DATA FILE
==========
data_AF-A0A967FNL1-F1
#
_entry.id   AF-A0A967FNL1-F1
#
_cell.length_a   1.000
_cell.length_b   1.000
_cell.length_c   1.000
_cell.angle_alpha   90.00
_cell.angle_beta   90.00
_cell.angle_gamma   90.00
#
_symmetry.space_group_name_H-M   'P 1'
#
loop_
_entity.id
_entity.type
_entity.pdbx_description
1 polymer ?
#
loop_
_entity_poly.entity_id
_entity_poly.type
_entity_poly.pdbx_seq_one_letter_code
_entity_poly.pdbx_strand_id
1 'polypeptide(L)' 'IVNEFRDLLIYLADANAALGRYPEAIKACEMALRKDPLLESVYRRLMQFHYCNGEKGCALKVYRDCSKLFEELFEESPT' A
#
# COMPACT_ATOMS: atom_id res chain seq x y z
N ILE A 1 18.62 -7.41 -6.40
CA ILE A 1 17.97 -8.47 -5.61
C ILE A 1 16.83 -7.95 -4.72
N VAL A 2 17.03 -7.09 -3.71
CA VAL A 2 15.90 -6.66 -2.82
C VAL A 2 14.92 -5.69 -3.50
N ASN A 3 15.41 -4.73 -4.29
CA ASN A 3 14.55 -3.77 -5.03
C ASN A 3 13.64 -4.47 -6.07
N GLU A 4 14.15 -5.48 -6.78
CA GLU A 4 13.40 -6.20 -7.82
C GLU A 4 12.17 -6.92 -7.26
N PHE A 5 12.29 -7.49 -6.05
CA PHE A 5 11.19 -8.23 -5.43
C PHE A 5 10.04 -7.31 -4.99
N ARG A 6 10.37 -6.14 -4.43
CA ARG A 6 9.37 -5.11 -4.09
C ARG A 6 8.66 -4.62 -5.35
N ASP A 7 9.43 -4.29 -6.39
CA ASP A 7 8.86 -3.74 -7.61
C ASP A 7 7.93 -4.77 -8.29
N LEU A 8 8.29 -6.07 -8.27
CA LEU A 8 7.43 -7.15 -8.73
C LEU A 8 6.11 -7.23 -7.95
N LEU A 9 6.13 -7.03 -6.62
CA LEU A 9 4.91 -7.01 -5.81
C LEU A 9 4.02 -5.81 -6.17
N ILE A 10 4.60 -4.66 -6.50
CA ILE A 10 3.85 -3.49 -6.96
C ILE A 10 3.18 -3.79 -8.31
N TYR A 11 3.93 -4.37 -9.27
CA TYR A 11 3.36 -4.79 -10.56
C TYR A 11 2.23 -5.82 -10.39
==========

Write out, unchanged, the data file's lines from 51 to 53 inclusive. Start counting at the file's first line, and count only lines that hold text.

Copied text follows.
C LEU A 8 6.11 -7.23 -7.95
N LEU A 9 6.13 -7.03 -6.62
CA LEU A 9 4.91 -7.01 -5.81